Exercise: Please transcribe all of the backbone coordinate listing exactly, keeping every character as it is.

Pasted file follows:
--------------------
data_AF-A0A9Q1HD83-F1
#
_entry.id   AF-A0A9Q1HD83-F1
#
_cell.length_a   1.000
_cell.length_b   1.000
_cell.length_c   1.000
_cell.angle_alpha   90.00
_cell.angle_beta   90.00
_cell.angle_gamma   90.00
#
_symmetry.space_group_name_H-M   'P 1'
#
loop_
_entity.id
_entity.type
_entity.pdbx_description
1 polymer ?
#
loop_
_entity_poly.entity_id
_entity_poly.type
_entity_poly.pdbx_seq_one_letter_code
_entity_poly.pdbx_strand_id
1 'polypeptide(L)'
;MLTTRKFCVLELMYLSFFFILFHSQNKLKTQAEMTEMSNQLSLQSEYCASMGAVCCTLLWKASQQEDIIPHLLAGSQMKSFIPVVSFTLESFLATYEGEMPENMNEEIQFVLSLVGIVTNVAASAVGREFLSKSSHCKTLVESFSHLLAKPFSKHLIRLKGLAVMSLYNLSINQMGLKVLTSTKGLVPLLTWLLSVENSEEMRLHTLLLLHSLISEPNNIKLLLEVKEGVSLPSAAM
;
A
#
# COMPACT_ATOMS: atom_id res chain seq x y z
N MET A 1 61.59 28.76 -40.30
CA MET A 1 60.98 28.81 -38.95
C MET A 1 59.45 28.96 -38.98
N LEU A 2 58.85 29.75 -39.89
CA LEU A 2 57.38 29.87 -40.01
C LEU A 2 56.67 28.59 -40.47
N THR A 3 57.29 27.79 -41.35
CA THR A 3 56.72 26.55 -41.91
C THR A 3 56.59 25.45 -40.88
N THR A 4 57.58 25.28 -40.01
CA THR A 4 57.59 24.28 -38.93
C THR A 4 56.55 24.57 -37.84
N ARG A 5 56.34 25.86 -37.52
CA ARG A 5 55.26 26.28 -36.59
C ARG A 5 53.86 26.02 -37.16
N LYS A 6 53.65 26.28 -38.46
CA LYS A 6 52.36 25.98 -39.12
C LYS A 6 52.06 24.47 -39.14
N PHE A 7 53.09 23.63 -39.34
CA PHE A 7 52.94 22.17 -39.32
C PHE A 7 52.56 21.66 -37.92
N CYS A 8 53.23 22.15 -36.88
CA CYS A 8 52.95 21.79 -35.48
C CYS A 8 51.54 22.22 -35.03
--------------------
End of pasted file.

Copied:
data_AF-A0A9Q1HD83-F1
#
_entry.id   AF-A0A9Q1HD83-F1
#
_cell.length_a   1.000
_cell.length_b   1.000
_cell.length_c   1.000
_cell.angle_alpha   90.00
_cell.angle_beta   90.00
_cell.angle_gamma   90.00
#
_symmetry.space_group_name_H-M   'P 1'
#
loop_
_entity.id
_entity.type
_entity.pdbx_description
1 polymer ?
#
loop_
_entity_poly.entity_id
_entity_poly.type
_entity_poly.pdbx_seq_one_letter_code
_entity_poly.pdbx_strand_id
1 'polypeptide(L)'
;MLTTRKFCVLELMYLSFFFILFHSQNKLKTQAEMTEMSNQLSLQSEYCASMGAVCCTLLWKASQQEDIIPHLLAGSQMKSFIPVVSFTLESFLATYEGEMPENMNEEIQFVLSLVGIVTNVAASAVGREFLSKSSHCKTLVESFSHLLAKPFSKHLIRLKGLAVMSLYNLSINQMGLKVLTSTKGLVPLLTWLLSVENSEEMRLHTLLLLHSLISEPNNIKLLLEVKEGVSLPSAAM
;
A
#
# COMPACT_ATOMS: atom_id res chain seq x y z
N MET A 1 61.59 28.76 -40.30
CA MET A 1 60.98 28.81 -38.95
C MET A 1 59.45 28.96 -38.98
N LEU A 2 58.85 29.75 -39.89
CA LEU A 2 57.38 29.87 -40.01
C LEU A 2 56.67 28.59 -40.47
N THR A 3 57.29 27.79 -41.35
CA THR A 3 56.72 26.55 -41.91
C THR A 3 56.59 25.45 -40.88
N THR A 4 57.58 25.28 -40.01
CA THR A 4 57.59 24.28 -38.93
C THR A 4 56.55 24.57 -37.84
N ARG A 5 56.34 25.86 -37.52
CA ARG A 5 55.26 26.28 -36.59
C ARG A 5 53.86 26.02 -37.16
N LYS A 6 53.65 26.28 -38.46
CA LYS A 6 52.36 25.98 -39.12
C LYS A 6 52.06 24.47 -39.14
N PHE A 7 53.09 23.63 -39.34
CA PHE A 7 52.94 22.17 -39.32
C PHE A 7 52.56 21.66 -37.92
N CYS A 8 53.23 22.15 -36.88
CA CYS A 8 52.95 21.79 -35.48
C CYS A 8 51.54 22.22 -35.03